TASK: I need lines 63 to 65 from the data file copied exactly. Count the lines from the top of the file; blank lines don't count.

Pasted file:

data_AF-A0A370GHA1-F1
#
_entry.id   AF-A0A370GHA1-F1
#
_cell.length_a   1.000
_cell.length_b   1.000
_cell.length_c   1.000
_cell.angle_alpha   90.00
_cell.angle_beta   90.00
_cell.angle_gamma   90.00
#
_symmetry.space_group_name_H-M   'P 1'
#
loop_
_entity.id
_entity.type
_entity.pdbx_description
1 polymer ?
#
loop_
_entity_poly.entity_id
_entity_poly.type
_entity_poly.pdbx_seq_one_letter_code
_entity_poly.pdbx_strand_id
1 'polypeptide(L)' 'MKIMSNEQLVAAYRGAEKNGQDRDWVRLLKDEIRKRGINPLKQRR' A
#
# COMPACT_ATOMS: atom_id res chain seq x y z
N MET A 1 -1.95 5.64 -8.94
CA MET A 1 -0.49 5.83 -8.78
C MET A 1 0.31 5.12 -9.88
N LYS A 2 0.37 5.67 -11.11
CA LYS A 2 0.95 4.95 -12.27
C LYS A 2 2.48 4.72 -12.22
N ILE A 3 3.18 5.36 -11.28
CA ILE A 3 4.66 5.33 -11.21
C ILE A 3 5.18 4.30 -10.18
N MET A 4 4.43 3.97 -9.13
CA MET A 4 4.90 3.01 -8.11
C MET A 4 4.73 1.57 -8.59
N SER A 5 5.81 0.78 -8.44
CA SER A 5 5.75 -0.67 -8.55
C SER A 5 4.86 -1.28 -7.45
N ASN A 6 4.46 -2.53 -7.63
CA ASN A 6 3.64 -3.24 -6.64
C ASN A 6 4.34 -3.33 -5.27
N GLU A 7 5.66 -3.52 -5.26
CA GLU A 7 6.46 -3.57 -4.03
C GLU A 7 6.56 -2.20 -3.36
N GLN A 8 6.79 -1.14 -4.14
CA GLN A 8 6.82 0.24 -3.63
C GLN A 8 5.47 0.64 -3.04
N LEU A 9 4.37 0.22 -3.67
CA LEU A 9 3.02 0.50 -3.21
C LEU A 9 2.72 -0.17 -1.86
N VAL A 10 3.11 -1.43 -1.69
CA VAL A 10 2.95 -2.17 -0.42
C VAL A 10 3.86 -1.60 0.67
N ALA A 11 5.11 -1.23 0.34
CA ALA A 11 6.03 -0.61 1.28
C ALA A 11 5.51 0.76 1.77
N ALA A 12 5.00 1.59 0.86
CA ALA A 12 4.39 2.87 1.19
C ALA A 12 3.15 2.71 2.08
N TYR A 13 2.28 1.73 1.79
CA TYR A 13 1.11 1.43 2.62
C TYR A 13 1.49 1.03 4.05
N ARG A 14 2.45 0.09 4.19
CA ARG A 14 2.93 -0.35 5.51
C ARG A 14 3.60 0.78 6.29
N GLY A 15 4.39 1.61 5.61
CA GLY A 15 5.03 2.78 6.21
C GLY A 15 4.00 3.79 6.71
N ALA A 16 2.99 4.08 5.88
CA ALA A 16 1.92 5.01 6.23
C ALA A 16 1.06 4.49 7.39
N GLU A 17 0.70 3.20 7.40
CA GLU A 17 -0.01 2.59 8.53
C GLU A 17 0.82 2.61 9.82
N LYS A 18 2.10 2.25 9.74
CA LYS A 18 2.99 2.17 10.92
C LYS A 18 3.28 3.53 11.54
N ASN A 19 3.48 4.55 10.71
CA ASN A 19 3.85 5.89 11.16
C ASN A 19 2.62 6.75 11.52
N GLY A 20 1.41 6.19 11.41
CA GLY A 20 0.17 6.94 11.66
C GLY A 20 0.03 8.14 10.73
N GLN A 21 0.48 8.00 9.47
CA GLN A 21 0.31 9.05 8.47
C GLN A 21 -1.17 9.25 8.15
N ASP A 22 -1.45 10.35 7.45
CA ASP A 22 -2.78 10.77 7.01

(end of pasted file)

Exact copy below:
C ALA A 12 3.15 2.71 2.08
N TYR A 13 2.28 1.73 1.79
CA TYR A 13 1.11 1.43 2.62